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With Yu Darvish, the Dodgers Have the Most Complete Team Imaginable

The best club in baseball didn’t need another no. 1 starter, but it went out and got one anyway

(Getty Images/Ringer illustration)
(Getty Images/Ringer illustration)

The Dodgers are unkillable. On Sunday night they came back from one-run deficits in the ninth and 11th innings to beat the Giants on a walk-off double by a 26-year-old third-string catcher making his first big league plate appearance. That win brought them to 74–31, and 7–0 since Clayton Kershaw, the best pitcher since Pedro Martínez, hurt his back. The Dodgers are on pace to win 114 games, the most in the National League in 111 years, and at 4 p.m. ET, it looked like ex-Pirates closer Tony Watson was the Dodgers’ big deadline-day move. That was fine; L.A. is going to win this division no matter what, and the left-handed Watson was a nice balance to an improved but still righty-heavy bullpen.

Then they traded three minor leaguers for Yu Darvish.

Darvish is a 30-year-old right-handed pitcher who’s made four All-Star appearances in five MLB seasons. He’s the 2013 AL Cy Young runner-up, and among starting pitchers with a minimum of 500 career innings pitched, the all-time leader in K% and K/9 ratio.

The Dodgers rotation feels a little unsteady because all of their top-seven starting pitchers have been on the DL at some point this season, but in reality it’s quite deep. Assuming Kershaw’s healthy by season’s end, they’ll be able to toss out a playoff rotation of the best pitcher of his generation, the all-time strikeout rate leader, Rich Hill (the top pitcher traded at last year’s deadline), and Alex Wood, who’d be third in the NL in ERA if he had enough innings to qualify.

If everyone’s healthy, Brandon McCarthy, Kenta Maeda, and Hyun-Jin Ryu — all veteran pitchers on multiyear deals with above-average ERAs this year — don’t even factor into the picture. Darvish was one of maybe three pitchers traded this month, along with José Quintana and Sonny Gray, who’d represent anything more than a marginal upgrade to the Dodgers’ playoff rotation.

At 6-foot-5 and 220 pounds, Darvish is the best American-style power pitcher Japan has ever produced. Brooks Baseball registered an incredible eight distinct pitches from Darvish this year, most frequent among them a mid-90s fastball that he can fade or sink, plus a high-80s cutter and a sweeping low-80s slider. The difference in horizontal movement from Darvish’s sinker to his slider can be as much as 20 inches.

Two years removed from Tommy John surgery and in his last year before free agency, Darvish isn’t putting up the same numbers as in 2013, when he had the most strikeouts and fewest hits per nine innings in the American League. But Darvish’s numbers are inflated by his last start, in which he allowed 10 runs after the Marlins found out he was tipping his pitches. The issue’s since been resolved.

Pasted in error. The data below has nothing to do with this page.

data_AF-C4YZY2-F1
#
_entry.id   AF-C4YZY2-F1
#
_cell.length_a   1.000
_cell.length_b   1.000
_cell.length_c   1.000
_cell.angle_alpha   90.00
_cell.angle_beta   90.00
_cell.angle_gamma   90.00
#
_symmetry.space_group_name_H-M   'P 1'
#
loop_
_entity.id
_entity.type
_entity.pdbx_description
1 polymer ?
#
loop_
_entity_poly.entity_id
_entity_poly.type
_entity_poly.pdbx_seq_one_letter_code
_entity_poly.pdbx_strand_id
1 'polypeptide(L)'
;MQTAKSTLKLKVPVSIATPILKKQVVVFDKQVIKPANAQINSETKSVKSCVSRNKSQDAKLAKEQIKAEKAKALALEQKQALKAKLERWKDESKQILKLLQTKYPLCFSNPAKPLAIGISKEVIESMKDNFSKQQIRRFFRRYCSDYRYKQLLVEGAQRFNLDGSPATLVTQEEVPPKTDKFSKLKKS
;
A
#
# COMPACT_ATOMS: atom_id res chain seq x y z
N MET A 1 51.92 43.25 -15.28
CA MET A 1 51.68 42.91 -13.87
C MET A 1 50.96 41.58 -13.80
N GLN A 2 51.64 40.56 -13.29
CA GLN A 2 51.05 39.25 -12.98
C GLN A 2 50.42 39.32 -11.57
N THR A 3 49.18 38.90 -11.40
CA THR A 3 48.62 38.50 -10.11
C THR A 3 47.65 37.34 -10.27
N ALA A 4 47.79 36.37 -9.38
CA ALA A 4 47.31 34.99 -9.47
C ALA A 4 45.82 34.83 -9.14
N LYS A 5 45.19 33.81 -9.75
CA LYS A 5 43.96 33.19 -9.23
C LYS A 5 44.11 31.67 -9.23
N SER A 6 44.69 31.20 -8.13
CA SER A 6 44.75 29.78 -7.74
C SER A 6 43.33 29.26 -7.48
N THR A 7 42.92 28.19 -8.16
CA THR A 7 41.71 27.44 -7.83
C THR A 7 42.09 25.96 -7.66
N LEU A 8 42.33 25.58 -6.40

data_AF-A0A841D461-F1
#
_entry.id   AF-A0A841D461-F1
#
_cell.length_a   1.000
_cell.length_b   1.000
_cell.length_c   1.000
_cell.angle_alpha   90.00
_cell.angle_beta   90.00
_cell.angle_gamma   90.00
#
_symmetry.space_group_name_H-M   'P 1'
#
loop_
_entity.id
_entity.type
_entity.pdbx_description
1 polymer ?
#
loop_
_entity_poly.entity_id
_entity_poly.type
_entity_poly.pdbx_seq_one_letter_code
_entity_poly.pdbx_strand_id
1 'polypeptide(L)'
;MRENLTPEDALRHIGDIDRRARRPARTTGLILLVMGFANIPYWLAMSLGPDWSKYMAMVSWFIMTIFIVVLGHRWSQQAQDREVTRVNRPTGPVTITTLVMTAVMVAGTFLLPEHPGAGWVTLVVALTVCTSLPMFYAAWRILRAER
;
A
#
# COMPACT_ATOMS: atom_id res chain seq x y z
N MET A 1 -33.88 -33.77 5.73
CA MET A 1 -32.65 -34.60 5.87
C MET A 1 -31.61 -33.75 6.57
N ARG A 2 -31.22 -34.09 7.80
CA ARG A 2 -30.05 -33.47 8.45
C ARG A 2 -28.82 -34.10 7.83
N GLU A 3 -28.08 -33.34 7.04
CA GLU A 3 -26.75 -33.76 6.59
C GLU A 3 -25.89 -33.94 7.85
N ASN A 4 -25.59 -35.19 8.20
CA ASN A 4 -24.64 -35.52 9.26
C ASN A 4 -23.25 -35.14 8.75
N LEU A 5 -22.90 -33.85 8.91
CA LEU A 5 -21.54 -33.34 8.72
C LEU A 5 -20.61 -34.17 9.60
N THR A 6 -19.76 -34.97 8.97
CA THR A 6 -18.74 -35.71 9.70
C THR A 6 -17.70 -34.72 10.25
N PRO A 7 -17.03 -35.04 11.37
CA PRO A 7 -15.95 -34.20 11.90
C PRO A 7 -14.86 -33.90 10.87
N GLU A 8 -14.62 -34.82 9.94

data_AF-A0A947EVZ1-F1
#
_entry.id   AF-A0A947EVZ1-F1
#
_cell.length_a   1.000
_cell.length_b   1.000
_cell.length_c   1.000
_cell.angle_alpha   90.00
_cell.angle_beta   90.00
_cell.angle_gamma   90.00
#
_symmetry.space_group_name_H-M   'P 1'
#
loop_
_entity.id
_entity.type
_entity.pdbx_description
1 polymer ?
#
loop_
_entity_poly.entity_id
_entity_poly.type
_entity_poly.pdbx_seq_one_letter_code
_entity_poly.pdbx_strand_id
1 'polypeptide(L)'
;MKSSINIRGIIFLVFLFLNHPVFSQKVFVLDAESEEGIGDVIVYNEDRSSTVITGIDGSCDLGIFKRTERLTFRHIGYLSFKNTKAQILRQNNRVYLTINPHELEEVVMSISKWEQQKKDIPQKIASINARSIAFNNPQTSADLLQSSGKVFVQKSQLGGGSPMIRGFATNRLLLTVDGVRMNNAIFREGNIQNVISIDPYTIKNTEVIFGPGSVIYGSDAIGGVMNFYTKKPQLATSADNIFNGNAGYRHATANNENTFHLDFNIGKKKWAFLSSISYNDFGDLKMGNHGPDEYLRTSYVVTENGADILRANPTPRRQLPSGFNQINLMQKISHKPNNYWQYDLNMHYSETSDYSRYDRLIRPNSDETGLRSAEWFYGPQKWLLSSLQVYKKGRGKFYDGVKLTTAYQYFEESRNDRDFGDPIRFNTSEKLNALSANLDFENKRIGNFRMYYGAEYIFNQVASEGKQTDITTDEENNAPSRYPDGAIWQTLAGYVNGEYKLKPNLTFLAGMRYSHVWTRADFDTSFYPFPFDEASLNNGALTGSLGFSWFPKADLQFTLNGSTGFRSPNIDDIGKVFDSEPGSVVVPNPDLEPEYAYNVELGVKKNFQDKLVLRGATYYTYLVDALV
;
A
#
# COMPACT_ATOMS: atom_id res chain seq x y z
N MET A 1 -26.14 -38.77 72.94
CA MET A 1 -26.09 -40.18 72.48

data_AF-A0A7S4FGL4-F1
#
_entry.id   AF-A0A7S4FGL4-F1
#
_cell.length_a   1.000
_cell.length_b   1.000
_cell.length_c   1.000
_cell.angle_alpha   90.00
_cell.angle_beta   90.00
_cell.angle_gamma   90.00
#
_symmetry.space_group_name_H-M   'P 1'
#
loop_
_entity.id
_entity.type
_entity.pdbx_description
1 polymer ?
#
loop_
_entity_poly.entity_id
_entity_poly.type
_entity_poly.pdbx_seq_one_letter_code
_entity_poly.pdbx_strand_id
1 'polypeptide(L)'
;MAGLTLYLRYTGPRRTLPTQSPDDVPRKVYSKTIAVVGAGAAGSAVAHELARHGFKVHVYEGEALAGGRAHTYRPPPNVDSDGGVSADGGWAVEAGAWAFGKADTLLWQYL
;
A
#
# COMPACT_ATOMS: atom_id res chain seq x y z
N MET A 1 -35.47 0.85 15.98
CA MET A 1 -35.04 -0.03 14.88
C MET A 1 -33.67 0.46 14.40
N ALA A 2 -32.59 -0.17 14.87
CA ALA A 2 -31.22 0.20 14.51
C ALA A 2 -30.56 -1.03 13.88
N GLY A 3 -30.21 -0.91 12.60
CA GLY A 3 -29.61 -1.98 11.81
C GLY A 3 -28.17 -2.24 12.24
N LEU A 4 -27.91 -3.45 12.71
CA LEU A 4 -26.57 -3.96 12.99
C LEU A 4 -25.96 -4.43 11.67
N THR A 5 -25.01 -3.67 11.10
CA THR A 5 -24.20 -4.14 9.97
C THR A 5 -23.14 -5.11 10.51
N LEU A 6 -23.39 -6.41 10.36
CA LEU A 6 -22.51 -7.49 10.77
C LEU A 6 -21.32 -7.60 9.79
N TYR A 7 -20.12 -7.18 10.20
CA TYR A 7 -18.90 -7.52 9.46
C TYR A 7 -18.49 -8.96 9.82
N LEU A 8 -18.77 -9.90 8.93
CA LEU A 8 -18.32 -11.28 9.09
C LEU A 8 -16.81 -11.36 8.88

Even so, Darvish has been worth about three wins so far, and is still capable of jaw-dropping single-game performances the likes of which only Kershaw and Max Scherzer can match with any regularity.

Since the Dodgers will get only two months of Darvish, plus the postseason, they were able to get him without trading hot-hitting rookie catcher Austin Barnes or top prospects Walker Buehler, Alex Verdugo, and Yadier Alvarez. The Darvish rental cost second baseman Willie Calhoun (no. 4 in the Dodgers’ system, according to MLB Pipeline), right-hander A.J. Alexy (no. 17), and infielder Brendon Davis (no. 27). Alexy and Davis aren’t much more than what the Dodgers gave up for Watson, but Calhoun’s a nice prospect.

The 22-year-old is currently hitting .298/.357/.574 in Triple-A and is 69th in MLB Pipeline’s global midseason top 100. The left-handed-hitting Calhoun can “fuckin’ hit,” in the words of Craig Goldstein of Baseball Prospectus, but since he’s only 5-foot-8 with the body of an emperor penguin, he doesn’t get the hype his numbers would otherwise warrant. The Rangers have no problem with undersized lefty second basemen (see: Rougned Odor, but don’t see him for so long that he’ll think you want to fight him), but Calhoun could also end up in the outfield. Calhoun’s a nice get for a rental, and given their position in the standings and their prospect depth, the Dodgers can well afford to pay it.

Adding a no. 1 starter to a team on a 114-win pace without removing anything from the big league roster is as close to guaranteeing a World Series title as you get in baseball. The downside is that in baseball guarantees don’t mean much at this point in the season. Despite their .705 winning percentage, the Dodgers still had just a 1–4 chance of winning the World Series before the Darvish trade, according to BP.

Even for the Dodgers, taking a best-of-seven series from a Washington Nationals team with Max Scherzer and Stephen Strasburg or an Astros team with Dallas Keuchel and a lineup that goes 11 players deep won’t be easy. And that’s assuming they take the NLDS from the wild-card winner. The Dodgers have lost three in a row three times this season; they’re not invulnerable.

But if the Dodgers don’t make it to the World Series this year, it won’t be because they left some option unexplored. Heading into August, this is as complete a baseball team as we’ve seen in the 21st century. We’ll see how much that counts for in October.